Arts and Entertainment

game of thrones reviewWarning: spoilers

Arts and Entertainment
The original Star Wars trio of Harrison Ford, Carrie Fisher and Mark Hamill

George Osborne confirms Star Wars 8 will film at Pinewood Studios in time for 4 May


Arts and Entertainment
Haunted looks: Matthew Macfadyen and Timothy Spall star in ‘The Enfield Haunting’

North London meets The Exorcist in eerie suburban drama


Arts and Entertainment

Filming to begin on two new series due to be aired on Dave from next year


Arts and Entertainment
Kit Harington plays MI5 agent Will Holloway in Spooks: The Greater Good

'You can't count on anyone making it out alive'film
Have you tried new the Independent Digital Edition apps?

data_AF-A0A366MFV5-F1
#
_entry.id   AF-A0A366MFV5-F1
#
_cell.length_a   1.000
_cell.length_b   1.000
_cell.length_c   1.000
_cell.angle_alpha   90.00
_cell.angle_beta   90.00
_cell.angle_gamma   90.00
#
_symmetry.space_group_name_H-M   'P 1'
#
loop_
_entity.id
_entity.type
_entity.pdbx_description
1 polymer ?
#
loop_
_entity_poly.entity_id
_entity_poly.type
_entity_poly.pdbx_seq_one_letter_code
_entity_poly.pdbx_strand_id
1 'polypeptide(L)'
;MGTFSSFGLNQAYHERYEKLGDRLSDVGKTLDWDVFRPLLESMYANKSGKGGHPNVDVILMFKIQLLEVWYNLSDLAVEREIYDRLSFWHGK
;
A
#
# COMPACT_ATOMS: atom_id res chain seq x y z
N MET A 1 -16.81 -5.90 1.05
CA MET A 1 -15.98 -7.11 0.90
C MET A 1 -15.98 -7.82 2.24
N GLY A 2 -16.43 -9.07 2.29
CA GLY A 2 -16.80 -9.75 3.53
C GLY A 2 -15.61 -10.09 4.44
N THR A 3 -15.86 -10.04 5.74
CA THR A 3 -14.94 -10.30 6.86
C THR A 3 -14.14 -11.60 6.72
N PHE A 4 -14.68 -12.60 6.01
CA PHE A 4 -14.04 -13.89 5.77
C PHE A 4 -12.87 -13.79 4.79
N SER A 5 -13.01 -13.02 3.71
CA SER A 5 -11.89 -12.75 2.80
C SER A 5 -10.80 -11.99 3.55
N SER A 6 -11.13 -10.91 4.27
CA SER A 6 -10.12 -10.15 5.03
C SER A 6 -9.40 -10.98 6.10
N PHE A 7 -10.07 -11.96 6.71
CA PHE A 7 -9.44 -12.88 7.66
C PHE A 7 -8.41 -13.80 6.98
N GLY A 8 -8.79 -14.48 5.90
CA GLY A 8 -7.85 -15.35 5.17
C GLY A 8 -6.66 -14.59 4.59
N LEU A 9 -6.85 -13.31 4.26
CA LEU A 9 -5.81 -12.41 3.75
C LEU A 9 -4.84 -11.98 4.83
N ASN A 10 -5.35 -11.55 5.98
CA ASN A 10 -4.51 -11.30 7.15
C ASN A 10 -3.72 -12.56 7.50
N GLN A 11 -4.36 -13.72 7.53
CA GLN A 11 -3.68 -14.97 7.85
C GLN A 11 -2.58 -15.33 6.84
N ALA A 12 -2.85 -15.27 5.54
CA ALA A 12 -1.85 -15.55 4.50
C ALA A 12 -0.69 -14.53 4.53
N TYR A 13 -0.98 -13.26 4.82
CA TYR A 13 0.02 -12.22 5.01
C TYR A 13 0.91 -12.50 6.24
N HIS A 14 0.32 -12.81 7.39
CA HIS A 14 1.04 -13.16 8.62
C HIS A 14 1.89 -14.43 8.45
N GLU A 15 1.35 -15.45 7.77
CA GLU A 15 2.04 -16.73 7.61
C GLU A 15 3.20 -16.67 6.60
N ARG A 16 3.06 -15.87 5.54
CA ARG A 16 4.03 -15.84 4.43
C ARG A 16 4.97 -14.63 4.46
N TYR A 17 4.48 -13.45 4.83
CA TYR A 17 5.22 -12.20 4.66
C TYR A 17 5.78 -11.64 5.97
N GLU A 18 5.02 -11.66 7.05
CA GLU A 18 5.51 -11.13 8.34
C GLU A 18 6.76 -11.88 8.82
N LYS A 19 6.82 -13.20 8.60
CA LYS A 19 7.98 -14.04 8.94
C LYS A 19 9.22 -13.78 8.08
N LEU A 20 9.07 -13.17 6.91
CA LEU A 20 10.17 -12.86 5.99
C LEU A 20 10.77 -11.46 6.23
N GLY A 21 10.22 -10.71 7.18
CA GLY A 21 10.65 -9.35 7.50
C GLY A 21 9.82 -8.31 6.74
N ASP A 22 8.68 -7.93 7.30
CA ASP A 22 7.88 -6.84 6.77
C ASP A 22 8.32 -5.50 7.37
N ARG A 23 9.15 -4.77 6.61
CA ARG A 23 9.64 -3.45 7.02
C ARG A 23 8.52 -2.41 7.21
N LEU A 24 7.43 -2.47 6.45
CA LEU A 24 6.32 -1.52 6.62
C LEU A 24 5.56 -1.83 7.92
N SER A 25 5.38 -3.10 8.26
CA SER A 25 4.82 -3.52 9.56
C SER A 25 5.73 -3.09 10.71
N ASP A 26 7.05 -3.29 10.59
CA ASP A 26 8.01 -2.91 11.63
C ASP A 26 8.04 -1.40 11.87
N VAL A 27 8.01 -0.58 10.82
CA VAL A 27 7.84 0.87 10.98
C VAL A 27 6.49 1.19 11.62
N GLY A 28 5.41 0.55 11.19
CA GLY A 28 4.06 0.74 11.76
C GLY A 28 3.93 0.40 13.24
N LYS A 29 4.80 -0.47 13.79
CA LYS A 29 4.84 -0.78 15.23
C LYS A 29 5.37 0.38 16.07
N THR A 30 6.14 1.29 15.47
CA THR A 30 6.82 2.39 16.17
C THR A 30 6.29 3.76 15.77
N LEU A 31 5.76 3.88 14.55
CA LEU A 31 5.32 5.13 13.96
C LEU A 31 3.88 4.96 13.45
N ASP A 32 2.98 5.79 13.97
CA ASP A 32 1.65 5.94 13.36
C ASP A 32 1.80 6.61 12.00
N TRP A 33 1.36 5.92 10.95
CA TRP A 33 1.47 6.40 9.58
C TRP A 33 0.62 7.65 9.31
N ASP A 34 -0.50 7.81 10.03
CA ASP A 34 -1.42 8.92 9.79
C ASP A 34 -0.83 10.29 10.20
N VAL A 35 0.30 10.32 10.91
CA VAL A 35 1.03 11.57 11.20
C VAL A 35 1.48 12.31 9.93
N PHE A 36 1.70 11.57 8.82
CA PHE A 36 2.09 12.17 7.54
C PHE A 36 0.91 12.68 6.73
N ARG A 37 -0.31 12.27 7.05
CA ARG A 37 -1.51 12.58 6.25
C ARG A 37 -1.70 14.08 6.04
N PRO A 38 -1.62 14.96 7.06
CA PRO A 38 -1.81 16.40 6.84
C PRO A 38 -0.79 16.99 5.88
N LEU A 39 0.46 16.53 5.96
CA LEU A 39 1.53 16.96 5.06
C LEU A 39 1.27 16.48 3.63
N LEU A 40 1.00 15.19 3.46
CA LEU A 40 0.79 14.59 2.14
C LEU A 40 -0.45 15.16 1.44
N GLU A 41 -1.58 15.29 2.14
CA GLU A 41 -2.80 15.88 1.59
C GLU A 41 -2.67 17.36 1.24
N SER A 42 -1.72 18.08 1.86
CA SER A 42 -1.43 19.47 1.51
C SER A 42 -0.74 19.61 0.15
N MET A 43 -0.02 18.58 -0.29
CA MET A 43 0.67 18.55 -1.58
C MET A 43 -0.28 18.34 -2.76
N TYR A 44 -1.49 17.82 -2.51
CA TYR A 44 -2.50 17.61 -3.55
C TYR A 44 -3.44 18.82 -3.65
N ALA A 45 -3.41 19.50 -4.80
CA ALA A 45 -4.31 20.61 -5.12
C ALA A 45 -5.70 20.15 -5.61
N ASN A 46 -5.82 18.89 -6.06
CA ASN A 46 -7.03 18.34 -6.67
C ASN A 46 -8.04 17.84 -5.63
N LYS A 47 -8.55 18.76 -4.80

Arts and Entertainment

ebooksNow available in paperback
Arts and Entertainment

  • Get to the point
Latest stories from i100
Have you tried new the Independent Digital Edition apps?

ES Rentals

    Independent Dating

    By clicking 'Search' you
    are agreeing to our
    Terms of Use.

    Fishing for votes with Nigel Farage: The Ukip leader shows how he can work an audience as he casts his line to the disaffected of Grimsby

    Fishing is on Nigel Farage's mind

    Ukip leader casts a line to the disaffected
    Who is bombing whom in the Middle East? It's amazing they don't all hit each other

    Who is bombing whom in the Middle East?

    Robert Fisk untangles the countries and factions
    China's influence on fashion: At the top of the game both creatively and commercially